Changing perspective, we may think as the brain as an incomparable artist unceasingly brushing the canvas of the mind with a myriad of living colors and images, so that the artist and the canvas are two separate entities. This is not the end of the story however, this myriad of living colors and images have different purposes which go from such simple automatic tasks as to regulate a small organism to such complicated tasks as to bring intelligence, consciousness, awareness and language to an evolved (this is presently doubtful if we take due notice of how things go by in our human societies!) ape like the human being.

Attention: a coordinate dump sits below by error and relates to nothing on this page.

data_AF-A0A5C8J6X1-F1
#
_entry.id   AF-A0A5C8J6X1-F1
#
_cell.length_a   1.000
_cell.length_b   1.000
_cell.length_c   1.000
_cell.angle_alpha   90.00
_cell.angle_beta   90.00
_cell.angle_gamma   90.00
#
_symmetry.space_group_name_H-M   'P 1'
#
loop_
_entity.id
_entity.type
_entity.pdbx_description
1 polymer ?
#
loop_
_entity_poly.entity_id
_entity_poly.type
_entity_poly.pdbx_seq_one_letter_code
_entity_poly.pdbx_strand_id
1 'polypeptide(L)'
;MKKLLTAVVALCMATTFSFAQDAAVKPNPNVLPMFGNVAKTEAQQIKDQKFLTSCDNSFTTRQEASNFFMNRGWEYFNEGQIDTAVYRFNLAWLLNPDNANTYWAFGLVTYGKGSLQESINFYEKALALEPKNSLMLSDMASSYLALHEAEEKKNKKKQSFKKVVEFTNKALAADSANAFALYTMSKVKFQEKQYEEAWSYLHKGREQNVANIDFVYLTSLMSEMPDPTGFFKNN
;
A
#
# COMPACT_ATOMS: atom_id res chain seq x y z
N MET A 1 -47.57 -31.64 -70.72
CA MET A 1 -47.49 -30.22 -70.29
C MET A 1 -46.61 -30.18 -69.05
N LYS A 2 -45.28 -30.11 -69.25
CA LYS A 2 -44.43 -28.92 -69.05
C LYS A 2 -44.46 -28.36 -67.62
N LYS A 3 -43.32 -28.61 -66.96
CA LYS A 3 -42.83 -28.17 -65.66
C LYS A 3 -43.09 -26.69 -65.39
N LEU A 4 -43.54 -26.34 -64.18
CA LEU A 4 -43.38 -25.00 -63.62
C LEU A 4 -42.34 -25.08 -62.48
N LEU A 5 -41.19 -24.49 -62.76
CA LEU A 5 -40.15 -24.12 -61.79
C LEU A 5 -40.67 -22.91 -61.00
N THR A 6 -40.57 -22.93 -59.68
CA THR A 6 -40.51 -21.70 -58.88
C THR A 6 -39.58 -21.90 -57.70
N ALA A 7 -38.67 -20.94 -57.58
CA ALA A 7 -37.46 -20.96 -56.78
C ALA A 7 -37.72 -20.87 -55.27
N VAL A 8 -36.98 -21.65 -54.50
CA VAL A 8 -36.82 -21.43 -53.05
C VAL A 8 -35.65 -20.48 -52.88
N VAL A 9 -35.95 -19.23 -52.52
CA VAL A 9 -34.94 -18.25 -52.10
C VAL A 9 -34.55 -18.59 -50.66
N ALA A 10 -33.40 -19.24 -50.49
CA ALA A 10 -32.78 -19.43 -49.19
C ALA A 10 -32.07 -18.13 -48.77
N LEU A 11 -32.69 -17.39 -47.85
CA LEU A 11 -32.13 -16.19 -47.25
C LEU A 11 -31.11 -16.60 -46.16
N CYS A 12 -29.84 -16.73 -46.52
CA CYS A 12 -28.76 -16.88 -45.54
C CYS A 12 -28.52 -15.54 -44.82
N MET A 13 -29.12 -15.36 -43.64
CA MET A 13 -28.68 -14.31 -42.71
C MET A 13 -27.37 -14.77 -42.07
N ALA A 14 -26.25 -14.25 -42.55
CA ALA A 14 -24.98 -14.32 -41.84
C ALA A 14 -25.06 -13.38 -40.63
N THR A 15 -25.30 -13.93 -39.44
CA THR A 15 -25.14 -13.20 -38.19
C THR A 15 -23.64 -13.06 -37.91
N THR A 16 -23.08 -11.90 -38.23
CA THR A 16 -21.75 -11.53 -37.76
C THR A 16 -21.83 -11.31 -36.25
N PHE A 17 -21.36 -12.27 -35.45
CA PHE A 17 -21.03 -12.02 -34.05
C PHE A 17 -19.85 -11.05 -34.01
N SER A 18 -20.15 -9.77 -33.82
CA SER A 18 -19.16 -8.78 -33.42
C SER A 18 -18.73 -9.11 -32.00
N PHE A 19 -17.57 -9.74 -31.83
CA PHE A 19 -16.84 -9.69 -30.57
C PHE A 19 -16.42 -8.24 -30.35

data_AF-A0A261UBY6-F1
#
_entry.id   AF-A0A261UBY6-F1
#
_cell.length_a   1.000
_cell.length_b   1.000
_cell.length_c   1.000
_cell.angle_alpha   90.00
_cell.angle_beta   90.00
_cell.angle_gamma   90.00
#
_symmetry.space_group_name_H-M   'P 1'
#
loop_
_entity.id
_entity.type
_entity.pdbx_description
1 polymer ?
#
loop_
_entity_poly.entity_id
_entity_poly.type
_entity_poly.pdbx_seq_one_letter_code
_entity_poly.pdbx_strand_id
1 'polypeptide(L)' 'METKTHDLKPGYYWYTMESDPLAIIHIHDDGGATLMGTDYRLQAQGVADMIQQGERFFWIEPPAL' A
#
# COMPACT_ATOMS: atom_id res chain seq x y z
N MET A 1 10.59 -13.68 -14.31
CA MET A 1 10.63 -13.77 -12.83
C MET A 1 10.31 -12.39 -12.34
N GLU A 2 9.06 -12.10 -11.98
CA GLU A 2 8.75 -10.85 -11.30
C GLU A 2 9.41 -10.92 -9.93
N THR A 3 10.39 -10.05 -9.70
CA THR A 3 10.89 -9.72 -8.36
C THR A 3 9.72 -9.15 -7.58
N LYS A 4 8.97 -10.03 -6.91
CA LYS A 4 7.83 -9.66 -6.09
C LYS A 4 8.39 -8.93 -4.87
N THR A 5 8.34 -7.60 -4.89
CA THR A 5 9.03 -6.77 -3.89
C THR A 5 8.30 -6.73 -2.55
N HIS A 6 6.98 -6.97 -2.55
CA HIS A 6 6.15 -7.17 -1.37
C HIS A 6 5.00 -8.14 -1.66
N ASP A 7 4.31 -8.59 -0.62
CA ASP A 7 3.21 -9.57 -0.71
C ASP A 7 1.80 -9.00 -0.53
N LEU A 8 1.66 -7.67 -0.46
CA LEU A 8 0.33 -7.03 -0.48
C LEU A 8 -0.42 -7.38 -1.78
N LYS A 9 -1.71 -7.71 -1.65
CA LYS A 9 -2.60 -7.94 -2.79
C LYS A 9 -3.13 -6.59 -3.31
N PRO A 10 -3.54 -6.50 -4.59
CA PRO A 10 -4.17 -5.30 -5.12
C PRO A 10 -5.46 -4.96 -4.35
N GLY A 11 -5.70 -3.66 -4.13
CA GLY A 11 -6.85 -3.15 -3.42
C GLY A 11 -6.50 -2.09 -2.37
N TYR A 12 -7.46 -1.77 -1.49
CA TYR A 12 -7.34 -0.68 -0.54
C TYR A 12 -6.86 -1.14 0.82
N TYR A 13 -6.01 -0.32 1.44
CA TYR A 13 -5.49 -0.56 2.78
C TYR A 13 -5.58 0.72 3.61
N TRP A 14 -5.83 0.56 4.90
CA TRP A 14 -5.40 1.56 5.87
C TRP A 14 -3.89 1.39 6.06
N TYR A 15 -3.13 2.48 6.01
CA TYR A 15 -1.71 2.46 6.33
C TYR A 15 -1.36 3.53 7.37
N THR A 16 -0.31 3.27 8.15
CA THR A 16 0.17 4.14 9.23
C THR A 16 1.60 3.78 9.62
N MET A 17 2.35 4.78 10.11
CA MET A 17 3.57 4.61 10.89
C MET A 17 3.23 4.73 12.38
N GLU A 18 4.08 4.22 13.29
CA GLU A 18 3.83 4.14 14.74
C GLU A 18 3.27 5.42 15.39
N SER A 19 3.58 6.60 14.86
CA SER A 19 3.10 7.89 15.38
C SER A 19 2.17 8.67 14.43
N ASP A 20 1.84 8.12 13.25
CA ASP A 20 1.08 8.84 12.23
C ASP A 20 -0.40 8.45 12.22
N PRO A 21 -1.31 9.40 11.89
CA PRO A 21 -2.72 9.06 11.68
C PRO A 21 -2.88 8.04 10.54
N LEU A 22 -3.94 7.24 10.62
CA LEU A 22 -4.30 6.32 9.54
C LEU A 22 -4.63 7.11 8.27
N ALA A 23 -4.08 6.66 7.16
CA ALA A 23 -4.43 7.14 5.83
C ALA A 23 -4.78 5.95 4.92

Hence, here we need something else to observe, translate and use the brain's projection on the mind, an additional and necessary process which is affected by such activities, which can grow and build on them, and which can give its own feedback to the brain: the human psyche. Another impalpable which, to cure our neuroses and paranoia, has been, somewhat arbitrarily, split into so many hypothetical compartments by big minds such as Freud and Jung but which nevertheless remains an impalpable and mysterious entity, however with a most interesting property: it is interactive with both the mind and the environment; it acts upon, causally, and can be acted upon, for good or for worst and ultimately it is the grand conductor of the symphony of our life. Here we come, on a different plane, to the medium fueling that machine - the psychic world - in such diverse and mysterious ways that its influence ultimately is the outcome of personal and collective destinies.